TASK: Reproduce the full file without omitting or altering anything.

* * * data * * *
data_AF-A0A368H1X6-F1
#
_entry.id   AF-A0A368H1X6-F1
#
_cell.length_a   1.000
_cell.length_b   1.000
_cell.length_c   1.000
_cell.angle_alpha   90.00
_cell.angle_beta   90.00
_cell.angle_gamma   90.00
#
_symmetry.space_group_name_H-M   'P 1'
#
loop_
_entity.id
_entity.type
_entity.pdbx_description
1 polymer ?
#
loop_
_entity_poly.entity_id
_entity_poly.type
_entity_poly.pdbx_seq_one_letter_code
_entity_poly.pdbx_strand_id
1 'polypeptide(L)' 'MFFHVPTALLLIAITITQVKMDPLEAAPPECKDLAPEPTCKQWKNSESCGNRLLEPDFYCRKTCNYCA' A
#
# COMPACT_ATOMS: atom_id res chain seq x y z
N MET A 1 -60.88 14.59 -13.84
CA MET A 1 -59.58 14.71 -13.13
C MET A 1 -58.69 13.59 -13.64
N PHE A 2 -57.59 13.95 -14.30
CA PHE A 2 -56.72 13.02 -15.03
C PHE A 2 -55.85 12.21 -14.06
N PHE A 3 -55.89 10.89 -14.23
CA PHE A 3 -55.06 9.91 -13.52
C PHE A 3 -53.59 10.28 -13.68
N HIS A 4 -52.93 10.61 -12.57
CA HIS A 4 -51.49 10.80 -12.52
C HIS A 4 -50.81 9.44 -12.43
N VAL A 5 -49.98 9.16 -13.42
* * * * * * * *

data_AF-A0A368H1X6-F1
#
_entry.id   AF-A0A368H1X6-F1
#
_cell.length_a   1.000
_cell.length_b   1.000
_cell.length_c   1.000
_cell.angle_alpha   90.00
_cell.angle_beta   90.00
_cell.angle_gamma   90.00
#
_symmetry.space_group_name_H-M   'P 1'
#
loop_
_entity.id
_entity.type
_entity.pdbx_description
1 polymer ?
#
loop_
_entity_poly.entity_id
_entity_poly.type
_entity_poly.pdbx_seq_one_letter_code
_entity_poly.pdbx_strand_id
1 'polypeptide(L)' 'MFFHVPTALLLIAITITQVKMDPLEAAPPECKDLAPEPTCKQWKNSESCGNRLLEPDFYCRKTCNYCA' A
#
# COMPACT_ATOMS: atom_id res chain seq x y z
N MET A 1 -60.88 14.59 -13.84
CA MET A 1 -59.58 14.71 -13.13
C MET A 1 -58.69 13.59 -13.64
N PHE A 2 -57.59 13.95 -14.30
CA PHE A 2 -56.72 13.02 -15.03
C PHE A 2 -55.85 12.21 -14.06
N PHE A 3 -55.89 10.89 -14.23
CA PHE A 3 -55.06 9.91 -13.52
C PHE A 3 -53.59 10.28 -13.68
N HIS A 4 -52.93 10.61 -12.57
CA HIS A 4 -51.49 10.80 -12.52
C HIS A 4 -50.81 9.44 -12.43
N VAL A 5 -49.98 9.16 -13.42